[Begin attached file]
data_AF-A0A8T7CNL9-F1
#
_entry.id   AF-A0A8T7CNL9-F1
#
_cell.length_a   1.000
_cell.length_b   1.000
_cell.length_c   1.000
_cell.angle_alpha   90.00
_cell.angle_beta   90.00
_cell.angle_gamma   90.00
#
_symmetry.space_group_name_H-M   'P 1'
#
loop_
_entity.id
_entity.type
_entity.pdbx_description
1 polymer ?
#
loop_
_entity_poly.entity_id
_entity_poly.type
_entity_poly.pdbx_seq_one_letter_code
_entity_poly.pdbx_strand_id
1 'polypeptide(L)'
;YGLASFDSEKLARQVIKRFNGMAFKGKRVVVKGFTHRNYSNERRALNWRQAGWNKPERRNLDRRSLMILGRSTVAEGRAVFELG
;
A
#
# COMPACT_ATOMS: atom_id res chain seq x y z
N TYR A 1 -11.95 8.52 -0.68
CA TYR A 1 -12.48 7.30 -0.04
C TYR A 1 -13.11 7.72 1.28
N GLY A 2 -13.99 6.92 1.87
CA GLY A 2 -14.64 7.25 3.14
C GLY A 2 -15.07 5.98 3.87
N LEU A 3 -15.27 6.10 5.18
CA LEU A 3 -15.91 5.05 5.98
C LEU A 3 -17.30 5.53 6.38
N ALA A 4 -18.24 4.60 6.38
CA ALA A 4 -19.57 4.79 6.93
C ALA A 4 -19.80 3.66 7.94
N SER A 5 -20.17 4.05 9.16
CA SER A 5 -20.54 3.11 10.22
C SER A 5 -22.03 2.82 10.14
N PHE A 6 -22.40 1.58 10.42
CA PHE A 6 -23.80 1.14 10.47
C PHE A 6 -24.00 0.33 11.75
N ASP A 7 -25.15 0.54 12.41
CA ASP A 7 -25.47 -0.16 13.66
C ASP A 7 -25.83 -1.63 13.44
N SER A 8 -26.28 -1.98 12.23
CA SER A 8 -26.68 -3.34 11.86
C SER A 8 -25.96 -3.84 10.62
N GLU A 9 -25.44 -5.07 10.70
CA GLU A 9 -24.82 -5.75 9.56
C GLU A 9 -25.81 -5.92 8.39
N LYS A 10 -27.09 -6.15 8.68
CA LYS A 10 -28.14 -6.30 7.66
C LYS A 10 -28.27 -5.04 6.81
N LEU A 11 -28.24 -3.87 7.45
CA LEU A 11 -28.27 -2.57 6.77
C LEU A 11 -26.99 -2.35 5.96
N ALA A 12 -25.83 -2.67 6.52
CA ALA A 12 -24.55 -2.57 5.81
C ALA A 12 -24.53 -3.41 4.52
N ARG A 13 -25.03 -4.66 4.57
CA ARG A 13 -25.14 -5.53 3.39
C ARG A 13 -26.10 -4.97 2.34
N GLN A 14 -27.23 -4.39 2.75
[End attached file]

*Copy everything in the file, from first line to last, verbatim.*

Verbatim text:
data_AF-A0A8T7CNL9-F1
#
_entry.id   AF-A0A8T7CNL9-F1
#
_cell.length_a   1.000
_cell.length_b   1.000
_cell.length_c   1.000
_cell.angle_alpha   90.00
_cell.angle_beta   90.00
_cell.angle_gamma   90.00
#
_symmetry.space_group_name_H-M   'P 1'
#
loop_
_entity.id
_entity.type
_entity.pdbx_description
1 polymer ?
#
loop_
_entity_poly.entity_id
_entity_poly.type
_entity_poly.pdbx_seq_one_letter_code
_entity_poly.pdbx_strand_id
1 'polypeptide(L)'
;YGLASFDSEKLARQVIKRFNGMAFKGKRVVVKGFTHRNYSNERRALNWRQAGWNKPERRNLDRRSLMILGRSTVAEGRAVFELG
;
A
#
# COMPACT_ATOMS: atom_id res chain seq x y z
N TYR A 1 -11.95 8.52 -0.68
CA TYR A 1 -12.48 7.30 -0.04
C TYR A 1 -13.11 7.72 1.28
N GLY A 2 -13.99 6.92 1.87
CA GLY A 2 -14.64 7.25 3.14
C GLY A 2 -15.07 5.98 3.87
N LEU A 3 -15.27 6.10 5.18
CA LEU A 3 -15.91 5.05 5.98
C LEU A 3 -17.30 5.53 6.38
N ALA A 4 -18.24 4.60 6.38
CA ALA A 4 -19.57 4.79 6.93
C ALA A 4 -19.80 3.66 7.94
N SER A 5 -20.17 4.05 9.16
CA SER A 5 -20.54 3.11 10.22
C SER A 5 -22.03 2.82 10.14
N PHE A 6 -22.40 1.58 10.42
CA PHE A 6 -23.80 1.14 10.47
C PHE A 6 -24.00 0.33 11.75
N ASP A 7 -25.15 0.54 12.41
CA ASP A 7 -25.47 -0.16 13.66
C ASP A 7 -25.83 -1.63 13.44
N SER A 8 -26.28 -1.98 12.23
CA SER A 8 -26.68 -3.34 11.86
C SER A 8 -25.96 -3.84 10.62
N GLU A 9 -25.44 -5.07 10.70
CA GLU A 9 -24.82 -5.75 9.56
C GLU A 9 -25.81 -5.92 8.39
N LYS A 10 -27.09 -6.15 8.68
CA LYS A 10 -28.14 -6.30 7.66
C LYS A 10 -28.27 -5.04 6.81
N LEU A 11 -28.24 -3.87 7.45
CA LEU A 11 -28.27 -2.57 6.77
C LEU A 11 -26.99 -2.35 5.96
N ALA A 12 -25.83 -2.67 6.52
CA ALA A 12 -24.55 -2.57 5.81
C ALA A 12 -24.53 -3.41 4.52
N ARG A 13 -25.03 -4.66 4.57
CA ARG A 13 -25.14 -5.53 3.39
C ARG A 13 -26.10 -4.97 2.34
N GLN A 14 -27.23 -4.39 2.75